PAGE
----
About the Book
Richard feels trapped in his hectic life of commitment and responsibility. From the daily mayhem of having young children, an exhausted wife and pushy in-laws who frequently outstay their welcome, Richard’s existence fills him with panic and resentment. The only place he can escape the dark cloud descending upon him is the bathroom, where he hides for hours on end, door locked, wondering how on earth he can escape.
Often staring out of his window, Richard enviously observes the tranquil life of Bill, his neighbour living in the bungalow across the road. From the outside, Bills world appears filled with comfort and peace. Yet underneath the apparent domestic bliss of both lives are lies, secrets, imperfections, sadness and suffering far greater than either could have imagined. Beneath the surface, a family tragedy has left Bill frozen in time and unable to move on. As he waits for a daughter who may never return, Bill watches Richard’s bustling family life and yearns for the joy it brings. As the two men watch each other from afar, it soon becomes apparent that other people’s lives are not always what they seem.
Format: Paperback (310 pp.) Publisher: Hideaway Fall
Published in UK: 12th April 2018 Genre: Contemporary Fiction
Find Drift Stumble Fall on Goodreads
Richard seems to have everything – a good job, two lovely children, a nice house – but it isn’t making him happy. Richard feels trapped in a life that hasn’t turned out how he imagined, ‘trapped inside something I created.’ The heavy snowfall currently preventing his usual escape to work only increases this sense of entrapment. Seeking refuge in the kitchen, he finds parallels between the mundane activity of drying the dishes and his life: ‘I pick up another plate and begin to dry it slowly and carefully…Around and around in a circular motion, like the stylus on a record, in ever-decreasing circles… My mind drifts and I realise I share so much in common with the tea towel and the plate. An endless journey with no beginning and no end.’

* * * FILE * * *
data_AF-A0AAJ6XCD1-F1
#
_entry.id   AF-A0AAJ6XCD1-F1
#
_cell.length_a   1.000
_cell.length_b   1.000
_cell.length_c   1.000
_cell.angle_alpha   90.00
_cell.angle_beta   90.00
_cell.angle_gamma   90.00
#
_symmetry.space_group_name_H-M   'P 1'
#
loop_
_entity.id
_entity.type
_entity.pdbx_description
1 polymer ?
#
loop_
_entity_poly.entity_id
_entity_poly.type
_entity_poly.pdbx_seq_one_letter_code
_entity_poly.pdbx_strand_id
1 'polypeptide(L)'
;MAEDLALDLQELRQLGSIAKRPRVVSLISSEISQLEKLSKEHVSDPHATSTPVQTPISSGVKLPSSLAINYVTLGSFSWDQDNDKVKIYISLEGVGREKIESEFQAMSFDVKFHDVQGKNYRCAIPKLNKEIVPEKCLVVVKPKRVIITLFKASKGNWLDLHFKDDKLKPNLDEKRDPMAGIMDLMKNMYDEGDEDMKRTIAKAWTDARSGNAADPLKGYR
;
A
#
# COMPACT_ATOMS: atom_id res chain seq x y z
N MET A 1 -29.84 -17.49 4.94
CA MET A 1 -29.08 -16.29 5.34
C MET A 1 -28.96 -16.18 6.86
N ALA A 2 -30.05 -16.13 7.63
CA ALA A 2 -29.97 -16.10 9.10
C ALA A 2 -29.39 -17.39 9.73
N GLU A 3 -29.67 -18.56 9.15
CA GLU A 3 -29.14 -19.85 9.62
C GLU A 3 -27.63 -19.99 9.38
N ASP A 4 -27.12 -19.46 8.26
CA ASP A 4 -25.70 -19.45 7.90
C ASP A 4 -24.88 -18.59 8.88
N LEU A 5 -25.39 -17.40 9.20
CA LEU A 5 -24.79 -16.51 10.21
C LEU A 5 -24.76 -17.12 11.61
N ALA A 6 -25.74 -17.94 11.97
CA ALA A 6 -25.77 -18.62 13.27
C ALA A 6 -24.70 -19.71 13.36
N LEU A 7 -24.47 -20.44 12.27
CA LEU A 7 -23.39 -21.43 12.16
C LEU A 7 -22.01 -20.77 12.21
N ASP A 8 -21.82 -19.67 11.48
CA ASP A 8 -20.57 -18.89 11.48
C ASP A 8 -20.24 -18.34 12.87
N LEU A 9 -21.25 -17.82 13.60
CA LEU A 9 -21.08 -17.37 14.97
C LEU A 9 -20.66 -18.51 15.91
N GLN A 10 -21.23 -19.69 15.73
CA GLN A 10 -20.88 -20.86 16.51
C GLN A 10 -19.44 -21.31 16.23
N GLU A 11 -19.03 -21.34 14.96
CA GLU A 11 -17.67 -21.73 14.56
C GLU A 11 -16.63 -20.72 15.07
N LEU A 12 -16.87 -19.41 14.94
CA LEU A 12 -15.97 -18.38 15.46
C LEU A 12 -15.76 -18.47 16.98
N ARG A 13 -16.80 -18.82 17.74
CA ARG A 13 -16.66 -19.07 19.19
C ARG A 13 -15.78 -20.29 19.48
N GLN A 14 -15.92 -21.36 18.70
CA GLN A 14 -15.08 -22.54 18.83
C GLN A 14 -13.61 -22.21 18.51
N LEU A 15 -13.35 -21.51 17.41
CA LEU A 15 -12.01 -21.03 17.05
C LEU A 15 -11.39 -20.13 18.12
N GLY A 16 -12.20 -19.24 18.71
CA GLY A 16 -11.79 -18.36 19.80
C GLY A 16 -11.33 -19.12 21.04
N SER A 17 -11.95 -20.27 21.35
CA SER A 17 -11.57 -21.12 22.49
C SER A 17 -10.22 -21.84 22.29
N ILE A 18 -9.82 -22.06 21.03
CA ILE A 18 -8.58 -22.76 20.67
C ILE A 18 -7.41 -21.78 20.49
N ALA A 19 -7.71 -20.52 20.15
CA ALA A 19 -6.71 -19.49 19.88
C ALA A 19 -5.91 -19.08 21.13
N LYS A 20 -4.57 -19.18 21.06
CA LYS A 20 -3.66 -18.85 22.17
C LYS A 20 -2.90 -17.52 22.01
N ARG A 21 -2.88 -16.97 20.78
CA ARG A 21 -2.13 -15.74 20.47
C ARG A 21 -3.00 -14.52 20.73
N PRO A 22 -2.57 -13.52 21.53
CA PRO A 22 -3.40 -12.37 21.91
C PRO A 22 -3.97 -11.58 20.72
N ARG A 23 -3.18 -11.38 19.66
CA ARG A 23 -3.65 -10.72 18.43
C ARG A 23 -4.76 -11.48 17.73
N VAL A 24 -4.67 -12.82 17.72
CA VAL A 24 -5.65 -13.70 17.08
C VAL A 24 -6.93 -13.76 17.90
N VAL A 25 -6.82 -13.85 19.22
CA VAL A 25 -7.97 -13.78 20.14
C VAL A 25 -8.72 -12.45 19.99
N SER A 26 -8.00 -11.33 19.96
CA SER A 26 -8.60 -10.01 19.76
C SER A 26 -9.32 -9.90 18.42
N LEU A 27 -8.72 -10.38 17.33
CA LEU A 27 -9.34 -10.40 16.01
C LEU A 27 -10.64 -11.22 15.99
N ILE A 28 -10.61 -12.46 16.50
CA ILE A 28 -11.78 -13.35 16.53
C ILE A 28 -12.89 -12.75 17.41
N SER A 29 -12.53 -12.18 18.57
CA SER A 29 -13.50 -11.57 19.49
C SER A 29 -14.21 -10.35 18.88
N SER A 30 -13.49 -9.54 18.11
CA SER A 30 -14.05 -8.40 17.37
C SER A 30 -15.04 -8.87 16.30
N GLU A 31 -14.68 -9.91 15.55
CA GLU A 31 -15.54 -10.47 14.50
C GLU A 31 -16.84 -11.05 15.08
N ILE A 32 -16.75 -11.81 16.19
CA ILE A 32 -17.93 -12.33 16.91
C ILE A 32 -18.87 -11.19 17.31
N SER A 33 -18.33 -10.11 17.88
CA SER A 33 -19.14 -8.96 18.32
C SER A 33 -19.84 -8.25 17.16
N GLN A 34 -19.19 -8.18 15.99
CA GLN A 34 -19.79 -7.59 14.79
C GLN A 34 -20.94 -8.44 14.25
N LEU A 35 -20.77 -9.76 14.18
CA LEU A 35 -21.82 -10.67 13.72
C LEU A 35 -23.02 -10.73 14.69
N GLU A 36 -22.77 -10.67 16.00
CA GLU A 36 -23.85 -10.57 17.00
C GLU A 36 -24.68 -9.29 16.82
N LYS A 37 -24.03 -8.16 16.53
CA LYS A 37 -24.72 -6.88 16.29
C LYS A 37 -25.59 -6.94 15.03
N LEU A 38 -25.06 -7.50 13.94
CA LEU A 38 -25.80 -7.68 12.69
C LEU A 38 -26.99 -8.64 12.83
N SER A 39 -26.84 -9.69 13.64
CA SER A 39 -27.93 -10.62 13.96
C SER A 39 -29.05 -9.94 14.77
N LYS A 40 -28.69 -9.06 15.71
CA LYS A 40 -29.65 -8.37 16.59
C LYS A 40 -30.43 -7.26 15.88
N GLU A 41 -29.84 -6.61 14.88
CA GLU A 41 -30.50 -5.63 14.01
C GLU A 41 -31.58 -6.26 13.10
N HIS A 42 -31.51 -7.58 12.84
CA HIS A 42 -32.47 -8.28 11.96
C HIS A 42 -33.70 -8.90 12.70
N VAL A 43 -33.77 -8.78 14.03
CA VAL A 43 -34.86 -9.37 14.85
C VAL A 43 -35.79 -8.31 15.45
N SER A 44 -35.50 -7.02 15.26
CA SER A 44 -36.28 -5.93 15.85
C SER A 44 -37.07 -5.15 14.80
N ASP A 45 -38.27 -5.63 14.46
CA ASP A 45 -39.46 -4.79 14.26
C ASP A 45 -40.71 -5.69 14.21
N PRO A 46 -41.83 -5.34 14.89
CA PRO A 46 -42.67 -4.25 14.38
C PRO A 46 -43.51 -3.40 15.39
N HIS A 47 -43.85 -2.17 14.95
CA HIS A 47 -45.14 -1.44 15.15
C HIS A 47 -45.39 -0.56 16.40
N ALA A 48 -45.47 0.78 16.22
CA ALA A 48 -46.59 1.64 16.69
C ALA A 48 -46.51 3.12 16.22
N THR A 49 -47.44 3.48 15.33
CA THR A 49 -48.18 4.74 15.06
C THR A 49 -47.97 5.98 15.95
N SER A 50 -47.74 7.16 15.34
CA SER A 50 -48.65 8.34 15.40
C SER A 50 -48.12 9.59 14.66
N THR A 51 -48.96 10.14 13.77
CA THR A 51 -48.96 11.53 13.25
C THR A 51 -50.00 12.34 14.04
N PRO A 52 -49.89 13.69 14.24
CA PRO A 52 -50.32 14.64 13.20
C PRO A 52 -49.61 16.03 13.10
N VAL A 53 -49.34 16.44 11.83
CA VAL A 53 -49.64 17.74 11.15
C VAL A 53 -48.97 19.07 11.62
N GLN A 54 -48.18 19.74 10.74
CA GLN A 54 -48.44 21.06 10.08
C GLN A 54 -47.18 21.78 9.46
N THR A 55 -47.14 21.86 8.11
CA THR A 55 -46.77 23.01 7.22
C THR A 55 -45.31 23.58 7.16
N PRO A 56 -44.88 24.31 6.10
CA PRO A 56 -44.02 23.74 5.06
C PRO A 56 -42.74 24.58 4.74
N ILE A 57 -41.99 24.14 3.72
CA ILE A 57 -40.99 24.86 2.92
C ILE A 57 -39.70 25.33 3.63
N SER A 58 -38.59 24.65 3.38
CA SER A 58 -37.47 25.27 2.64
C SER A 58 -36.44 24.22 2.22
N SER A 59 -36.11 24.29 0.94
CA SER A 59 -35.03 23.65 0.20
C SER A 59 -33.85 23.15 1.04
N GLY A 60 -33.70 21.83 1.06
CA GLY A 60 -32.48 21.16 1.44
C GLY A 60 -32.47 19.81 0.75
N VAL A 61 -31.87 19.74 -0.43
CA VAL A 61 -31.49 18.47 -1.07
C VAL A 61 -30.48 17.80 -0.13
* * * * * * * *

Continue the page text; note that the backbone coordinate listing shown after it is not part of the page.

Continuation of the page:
Richard is actually a caring father but he doesn’t see that. Instead he is overly self-critical, perceiving only his failings, thinking even that his family would be better off without him. There are small signs of Richard’s growing desperation such as his reference to the front door as ‘the door to freedom’. The idea of escape and ‘starting over’ begins to dominate his thoughts and planning it provides him with a way to cope. He’s very practical and methodical about his plans but the reader does wonder if he would actually ever go through with it or if just the mere existence of the plan acts as a coping mechanism for him.
The routine of domestic life in Richard’s household – meal times, bath time, bed time, watching TV – is chronicled in minute detail; so much so that I began to have a lot of sympathy with Richard’s desire to break free from it all. I too found myself harbouring thoughts of escape when reading about mundane problems such as clearing snow from the drive and de-icing the car.